OP-ED Opinions 

Time To Fix Our Elections By Seun Awogbenle

Friday June 12 marked Nigeria’s 21 years of steady democracy but in my observation what should be a national day of celebration was greeted by collective indifference save for the political elites, who have profited from the current arrangement, who found a way to regale us with flowery prose and vain promises.

This was the first question I asked my brother, Olusegun Onigbinde, the Co-founder/Director of BudgIT, when he participated in a webinar, which I moderated over the weekend. The webinar organised by MACAA, a youth-led civic initiative, also had as a discussant Samson Itodo, who has become Nigeria’s face of modern advocacy and the graceful Bella Anne Ndubuisi, who is a member of the Not Too Young To Run strategy team and a leading international development and diplomacy expert.

At the end of the discussion, we all agreed that while politics remain the biggest vehicle for social change, we have a responsibility to sanitize the process to ensure that votes are not just counted but that they truly reflect the wishes and aspiration of our people. From the violence in Kogi to the underage voting in Kano and the mathematical implausibility in Imo, there is only one agreement that our elections do not inspire the confidence of our greatest population so much that a lot of people only register to get the voter’s card as means of identification. Ludicrous!

Let’s put this in proper perspective. Available records from the Independent National Electoral Commissioner show that in 2011 only 53.7 percent of registered voters, showed up to vote on the day of election, in 2015 of the 67,422,055 who registered to vote, only 29,432,083 which represent about 43.6 percent of the total registered voters turned out to vote, while in 2019 only ‎28,614,190 of the 84,004,084 registered voters which represent 35percent of the voters turned out to vote. This sharp decline over the years demonstrates an increasing loss of confidence and legitimacy in our electoral process, what I consider unbelievable is that Nigeria’s political elites are carrying on and remain unperturbed. 

What we have today is a public service that is dominated by misfits, who have perfected the art of rigging and manipulating the votes. Just like 2019, Nigeria’s electoral process has been increasingly marred by political violence, thuggery, voter intimidation and harassment aided by security agencies in public glare and most notoriously the heavy monetization of the process.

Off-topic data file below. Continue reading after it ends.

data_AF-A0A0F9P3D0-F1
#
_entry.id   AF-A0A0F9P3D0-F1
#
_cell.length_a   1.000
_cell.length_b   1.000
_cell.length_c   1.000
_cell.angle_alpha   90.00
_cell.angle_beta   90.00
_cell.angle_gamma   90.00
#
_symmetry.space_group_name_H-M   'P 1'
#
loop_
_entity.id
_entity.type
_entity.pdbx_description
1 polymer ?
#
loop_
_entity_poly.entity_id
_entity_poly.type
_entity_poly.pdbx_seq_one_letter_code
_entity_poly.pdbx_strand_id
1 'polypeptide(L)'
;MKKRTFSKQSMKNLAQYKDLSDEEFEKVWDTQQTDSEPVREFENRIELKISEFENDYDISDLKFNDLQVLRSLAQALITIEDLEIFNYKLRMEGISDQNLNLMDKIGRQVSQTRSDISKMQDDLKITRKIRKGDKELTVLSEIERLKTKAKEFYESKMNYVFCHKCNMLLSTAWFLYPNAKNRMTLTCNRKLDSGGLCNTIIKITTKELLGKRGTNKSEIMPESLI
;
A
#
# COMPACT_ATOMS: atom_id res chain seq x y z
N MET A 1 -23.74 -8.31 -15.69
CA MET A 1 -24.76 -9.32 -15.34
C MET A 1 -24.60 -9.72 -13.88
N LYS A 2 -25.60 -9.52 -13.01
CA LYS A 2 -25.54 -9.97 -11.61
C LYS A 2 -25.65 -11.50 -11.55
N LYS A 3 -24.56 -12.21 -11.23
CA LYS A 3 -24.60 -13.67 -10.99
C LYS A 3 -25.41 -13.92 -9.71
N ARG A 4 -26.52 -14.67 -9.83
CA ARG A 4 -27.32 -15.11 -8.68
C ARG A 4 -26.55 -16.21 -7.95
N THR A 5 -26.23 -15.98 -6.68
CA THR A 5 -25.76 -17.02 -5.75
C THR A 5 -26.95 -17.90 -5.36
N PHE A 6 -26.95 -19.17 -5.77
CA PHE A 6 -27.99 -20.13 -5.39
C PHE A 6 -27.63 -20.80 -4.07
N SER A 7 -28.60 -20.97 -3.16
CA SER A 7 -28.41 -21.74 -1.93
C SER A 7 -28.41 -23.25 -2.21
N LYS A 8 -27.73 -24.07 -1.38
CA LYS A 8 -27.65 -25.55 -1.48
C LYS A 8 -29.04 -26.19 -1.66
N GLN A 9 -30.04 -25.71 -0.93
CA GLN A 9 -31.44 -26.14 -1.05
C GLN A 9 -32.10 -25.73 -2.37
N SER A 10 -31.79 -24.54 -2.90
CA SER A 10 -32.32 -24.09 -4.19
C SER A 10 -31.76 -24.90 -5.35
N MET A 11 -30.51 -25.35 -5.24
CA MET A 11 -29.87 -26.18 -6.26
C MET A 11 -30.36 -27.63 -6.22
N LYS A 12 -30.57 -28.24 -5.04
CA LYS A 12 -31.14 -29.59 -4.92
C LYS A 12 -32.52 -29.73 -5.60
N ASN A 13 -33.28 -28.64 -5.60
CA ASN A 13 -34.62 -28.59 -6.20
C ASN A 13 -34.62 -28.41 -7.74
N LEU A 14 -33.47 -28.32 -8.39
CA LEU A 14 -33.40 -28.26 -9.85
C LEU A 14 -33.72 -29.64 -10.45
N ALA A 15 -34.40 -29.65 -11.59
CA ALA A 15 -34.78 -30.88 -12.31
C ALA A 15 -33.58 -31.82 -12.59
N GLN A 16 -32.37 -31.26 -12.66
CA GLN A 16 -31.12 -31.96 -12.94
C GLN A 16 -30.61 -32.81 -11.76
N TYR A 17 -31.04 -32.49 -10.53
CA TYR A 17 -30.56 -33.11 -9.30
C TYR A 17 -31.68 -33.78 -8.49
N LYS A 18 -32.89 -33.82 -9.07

It is safe to say that Nigeria’s electoral process has been skewed in a way that it makes it difficult to produce the best of us.  It is for this reason that vibrant and viable alternatives like Omoyele Sowore, Kingsley Moghalu, Tope Fasua to mention a few in this last election despite their bold and audacious ideas on how to get our country working again, could barely muster enough votes. The reason is simple, Nigeria’s election has never been a battle of ideas.

To put it clearly, what we have is a deeply manipulated system that has been perfected to exploit the penury of the poor and keep our people aground. Under no circumstance should Nigerians be afraid to come out and vote on election day, but the fear of violence has become the beginning of wisdom, despite the over militarization of election in Nigeria, the safety of electorates is still never assured or guaranteed. This is Nigeria!

Electoral and security officers have become enablers of electoral malpractice, fraud and rigging. The introduction of electronic card readers that should support the electronic transmission of results has become a mirage in itself. I was an observer during the last election, I had access to visit as many polling units as possible, I noticed that accreditation was mostly done manually, the card readers were mostly jettisoned.

Our inability to conduct free, fair and credible elections threaten the very foundation of our democracy. And as we commemorate another democracy day, celebration which is a recognition of the struggles of our founding fathers and founding ideals, we must be the pushback generation that reclaim our society.

If we are ever going to have a chance at real change then we must begin with our electoral process, it is for this reason that going forward I am committing the bulk of my advocacy to the demand for electoral reforms, votes should not just be counted, they must count and reflect the wishes and aspiration of our people.

I am glad that YIaga Africa is already building a coalition of civil society organisation under the #FixElectionsNG initiative to aggregate the citizens’ agenda on electoral reforms. I believe strongly that just like the not too young to run advocacy there is only so much we can do when we come together.

With less than three years to the next general election, there is no better time to perfect our electoral process, so that the voice of the greatest number of people can be truly heard. President Muhammadu Buhari must remember that the only legacy he owes this nation is to ensure the reform of our electoral process.

No democracy can thrive under a system that takes away the right of the people to freely elect their own leader, the result of our election must begin to reflect the true wishes of our people.

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